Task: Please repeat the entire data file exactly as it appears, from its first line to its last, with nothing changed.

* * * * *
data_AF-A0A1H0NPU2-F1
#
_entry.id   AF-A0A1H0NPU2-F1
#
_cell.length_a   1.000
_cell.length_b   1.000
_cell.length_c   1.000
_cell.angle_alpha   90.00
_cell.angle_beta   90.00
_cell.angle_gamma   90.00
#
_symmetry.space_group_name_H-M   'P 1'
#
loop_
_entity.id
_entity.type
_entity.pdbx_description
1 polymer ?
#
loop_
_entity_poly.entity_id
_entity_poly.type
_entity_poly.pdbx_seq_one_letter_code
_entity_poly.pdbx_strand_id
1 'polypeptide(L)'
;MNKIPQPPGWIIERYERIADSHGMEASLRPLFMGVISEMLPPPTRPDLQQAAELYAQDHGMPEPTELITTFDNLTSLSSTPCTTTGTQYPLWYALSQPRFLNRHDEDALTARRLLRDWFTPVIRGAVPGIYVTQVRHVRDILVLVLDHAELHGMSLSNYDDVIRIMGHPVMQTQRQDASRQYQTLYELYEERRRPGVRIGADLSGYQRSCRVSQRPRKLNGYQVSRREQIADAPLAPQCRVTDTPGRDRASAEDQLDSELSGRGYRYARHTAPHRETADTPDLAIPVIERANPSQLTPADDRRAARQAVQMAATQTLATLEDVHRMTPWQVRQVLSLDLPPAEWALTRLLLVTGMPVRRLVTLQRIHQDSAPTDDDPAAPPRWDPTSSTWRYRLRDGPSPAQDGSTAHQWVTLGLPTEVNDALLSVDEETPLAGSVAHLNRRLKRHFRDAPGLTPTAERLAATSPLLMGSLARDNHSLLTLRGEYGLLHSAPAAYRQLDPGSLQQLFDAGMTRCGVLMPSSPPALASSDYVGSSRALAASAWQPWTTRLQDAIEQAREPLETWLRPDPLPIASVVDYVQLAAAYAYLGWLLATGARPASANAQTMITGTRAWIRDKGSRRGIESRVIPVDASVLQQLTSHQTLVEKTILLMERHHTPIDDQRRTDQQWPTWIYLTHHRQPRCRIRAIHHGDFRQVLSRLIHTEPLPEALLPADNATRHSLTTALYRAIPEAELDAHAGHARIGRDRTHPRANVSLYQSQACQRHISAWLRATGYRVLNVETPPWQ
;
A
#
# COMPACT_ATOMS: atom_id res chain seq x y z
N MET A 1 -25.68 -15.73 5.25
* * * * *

data_AF-A0A1H0NPU2-F1
#
_entry.id   AF-A0A1H0NPU2-F1
#
_cell.length_a   1.000
_cell.length_b   1.000
_cell.length_c   1.000
_cell.angle_alpha   90.00
_cell.angle_beta   90.00
_cell.angle_gamma   90.00
#
_symmetry.space_group_name_H-M   'P 1'
#
loop_
_entity.id
_entity.type
_entity.pdbx_description
1 polymer ?
#
loop_
_entity_poly.entity_id
_entity_poly.type
_entity_poly.pdbx_seq_one_letter_code
_entity_poly.pdbx_strand_id
1 'polypeptide(L)'
;MNKIPQPPGWIIERYERIADSHGMEASLRPLFMGVISEMLPPPTRPDLQQAAELYAQDHGMPEPTELITTFDNLTSLSSTPCTTTGTQYPLWYALSQPRFLNRHDEDALTARRLLRDWFTPVIRGAVPGIYVTQVRHVRDILVLVLDHAELHGMSLSNYDDVIRIMGHPVMQTQRQDASRQYQTLYELYEERRRPGVRIGADLSGYQRSCRVSQRPRKLNGYQVSRREQIADAPLAPQCRVTDTPGRDRASAEDQLDSELSGRGYRYARHTAPHRETADTPDLAIPVIERANPSQLTPADDRRAARQAVQMAATQTLATLEDVHRMTPWQVRQVLSLDLPPAEWALTRLLLVTGMPVRRLVTLQRIHQDSAPTDDDPAAPPRWDPTSSTWRYRLRDGPSPAQDGSTAHQWVTLGLPTEVNDALLSVDEETPLAGSVAHLNRRLKRHFRDAPGLTPTAERLAATSPLLMGSLARDNHSLLTLRGEYGLLHSAPAAYRQLDPGSLQQLFDAGMTRCGVLMPSSPPALASSDYVGSSRALAASAWQPWTTRLQDAIEQAREPLETWLRPDPLPIASVVDYVQLAAAYAYLGWLLATGARPASANAQTMITGTRAWIRDKGSRRGIESRVIPVDASVLQQLTSHQTLVEKTILLMERHHTPIDDQRRTDQQWPTWIYLTHHRQPRCRIRAIHHGDFRQVLSRLIHTEPLPEALLPADNATRHSLTTALYRAIPEAELDAHAGHARIGRDRTHPRANVSLYQSQACQRHISAWLRATGYRVLNVETPPWQ
;
A
#
# COMPACT_ATOMS: atom_id res chain seq x y z
N MET A 1 -25.68 -15.73 5.25